During his testimony, Fuentes argued that the blood transfusions were for "health reasons" and that athletes were only re-injected with their own blood when their hematocrit levels became "dangerously low."

Fuentes' house of cards began to crumble this week, however, when former clients offered up some chilling testimony.

Jorg Jaksche, a German rider who retired after he served a two-year ban tied to Puerto, said Fuentes gave him EPO and other banned performance enhancing drugs as well as blood transfusions. He said it was obvious what was happening.

"No one forced me to dope," Jaksche testified. "It was just expected as part of the job."

Jesus Manzano, a Spanish rider on the former Kelme team, gave riveting testimony Wednesday, outlining how he felt ill after botched blood transfusions. He recounted an episode when he fell ill after an injection in 2002. Manzano also passed out during a stage in the 2003 Tour de France and was airlifted to a French hospital following a morning injection of oxyglobin, a blood substitute. He also outlined how Fuentes would give him doses of EPO.

"I was treated with EPO in 2000, 2001 and 2003 by Eufemiano," Manzano testified, detailing how he was given a white powder to help mask the drug in urine samples. "The white power was on the penis to deteriorate the urine. That way we didn't get positive for EPO."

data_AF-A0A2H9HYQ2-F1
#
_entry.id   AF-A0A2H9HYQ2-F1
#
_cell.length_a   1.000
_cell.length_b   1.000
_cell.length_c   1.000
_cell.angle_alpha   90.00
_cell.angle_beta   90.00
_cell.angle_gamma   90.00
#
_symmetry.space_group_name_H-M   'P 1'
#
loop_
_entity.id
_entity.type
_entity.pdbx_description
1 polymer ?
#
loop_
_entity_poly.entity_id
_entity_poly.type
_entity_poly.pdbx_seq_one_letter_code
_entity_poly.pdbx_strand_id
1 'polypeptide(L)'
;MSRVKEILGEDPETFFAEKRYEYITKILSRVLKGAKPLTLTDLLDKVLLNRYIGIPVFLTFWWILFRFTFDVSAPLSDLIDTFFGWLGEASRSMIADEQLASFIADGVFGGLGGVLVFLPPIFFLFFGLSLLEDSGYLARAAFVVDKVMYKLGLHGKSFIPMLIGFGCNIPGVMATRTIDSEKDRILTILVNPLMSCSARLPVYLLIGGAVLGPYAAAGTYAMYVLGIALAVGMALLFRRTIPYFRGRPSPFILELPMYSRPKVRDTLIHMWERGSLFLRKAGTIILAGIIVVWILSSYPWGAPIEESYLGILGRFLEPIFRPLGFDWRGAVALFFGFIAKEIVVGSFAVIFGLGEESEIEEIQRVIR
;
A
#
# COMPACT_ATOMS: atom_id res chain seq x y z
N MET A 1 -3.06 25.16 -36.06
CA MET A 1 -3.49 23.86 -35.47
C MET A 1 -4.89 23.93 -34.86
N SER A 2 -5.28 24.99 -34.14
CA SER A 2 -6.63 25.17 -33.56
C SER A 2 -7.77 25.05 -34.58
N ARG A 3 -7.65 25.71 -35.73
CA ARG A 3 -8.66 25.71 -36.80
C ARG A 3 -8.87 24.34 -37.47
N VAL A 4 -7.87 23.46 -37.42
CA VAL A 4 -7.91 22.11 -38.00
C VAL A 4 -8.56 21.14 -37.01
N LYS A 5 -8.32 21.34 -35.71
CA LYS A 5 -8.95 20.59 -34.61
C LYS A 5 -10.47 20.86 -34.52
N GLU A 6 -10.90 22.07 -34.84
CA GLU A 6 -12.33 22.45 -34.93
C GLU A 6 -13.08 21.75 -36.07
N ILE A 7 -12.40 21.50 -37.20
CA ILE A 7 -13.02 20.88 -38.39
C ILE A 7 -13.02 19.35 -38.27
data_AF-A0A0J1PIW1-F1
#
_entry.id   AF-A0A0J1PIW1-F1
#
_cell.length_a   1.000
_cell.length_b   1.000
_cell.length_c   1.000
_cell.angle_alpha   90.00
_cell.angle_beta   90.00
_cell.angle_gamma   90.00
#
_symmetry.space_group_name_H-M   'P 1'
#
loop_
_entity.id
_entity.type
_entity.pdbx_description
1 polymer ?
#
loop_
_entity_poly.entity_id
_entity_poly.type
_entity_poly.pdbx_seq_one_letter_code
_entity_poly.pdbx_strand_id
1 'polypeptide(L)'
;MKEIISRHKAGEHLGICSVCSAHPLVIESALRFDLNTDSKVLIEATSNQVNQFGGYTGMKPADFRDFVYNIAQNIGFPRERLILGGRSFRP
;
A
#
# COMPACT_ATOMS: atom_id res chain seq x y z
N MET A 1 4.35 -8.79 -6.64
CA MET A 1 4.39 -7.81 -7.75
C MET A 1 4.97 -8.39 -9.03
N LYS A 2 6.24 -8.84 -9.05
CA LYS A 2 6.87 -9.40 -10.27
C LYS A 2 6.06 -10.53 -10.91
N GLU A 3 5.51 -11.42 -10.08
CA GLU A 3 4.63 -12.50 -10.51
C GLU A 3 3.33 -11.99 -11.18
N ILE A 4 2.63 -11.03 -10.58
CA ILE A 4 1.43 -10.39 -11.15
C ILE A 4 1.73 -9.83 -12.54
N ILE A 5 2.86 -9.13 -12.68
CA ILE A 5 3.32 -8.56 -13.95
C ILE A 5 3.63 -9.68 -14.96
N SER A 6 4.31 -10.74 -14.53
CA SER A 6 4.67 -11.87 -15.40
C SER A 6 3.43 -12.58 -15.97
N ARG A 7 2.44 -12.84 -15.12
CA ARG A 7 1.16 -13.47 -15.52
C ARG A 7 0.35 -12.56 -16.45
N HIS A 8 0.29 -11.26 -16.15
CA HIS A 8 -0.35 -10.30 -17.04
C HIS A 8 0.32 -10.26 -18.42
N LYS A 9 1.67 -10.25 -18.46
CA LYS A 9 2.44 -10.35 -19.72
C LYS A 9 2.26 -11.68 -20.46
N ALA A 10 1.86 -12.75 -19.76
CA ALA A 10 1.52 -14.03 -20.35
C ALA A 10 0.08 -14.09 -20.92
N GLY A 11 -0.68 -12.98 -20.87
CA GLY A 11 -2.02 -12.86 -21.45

Things will be interesting next week. Ex-pro Tyler Hamilton, a former teammate of disgraced cyclist Lance Armstrong, is scheduled to testify on Feb. 19 via video conference. Hamilton tested positive for blood transfusions in the 2004 Vuelta a Espana and later admitted he was a Fuentes client despite denying it for many years. Hamilton is expected to provide more details about how the doping ring operated.

Alberto Contador, who tested positive for traces of clenbuterol in the 2010 Tour de France and had his yellow jersey stripped, is set to testify in the Madrid courthouse on Feb. 22. Manolo Saiz, the Spanish manager of the former Liberty Seguros team for which Contador rode until 2006, however, is calling Contador, who denies working with Fuentes, as a defense witness.

How much truth comes out remains to be seen. There are likely dozens of athletes across Europe who are sleeping uneasy this month as the long-awaited trial unfolds.

Andrew Hood is covering the Fuentes trial in Madrid for VeloNews and Velo magazine.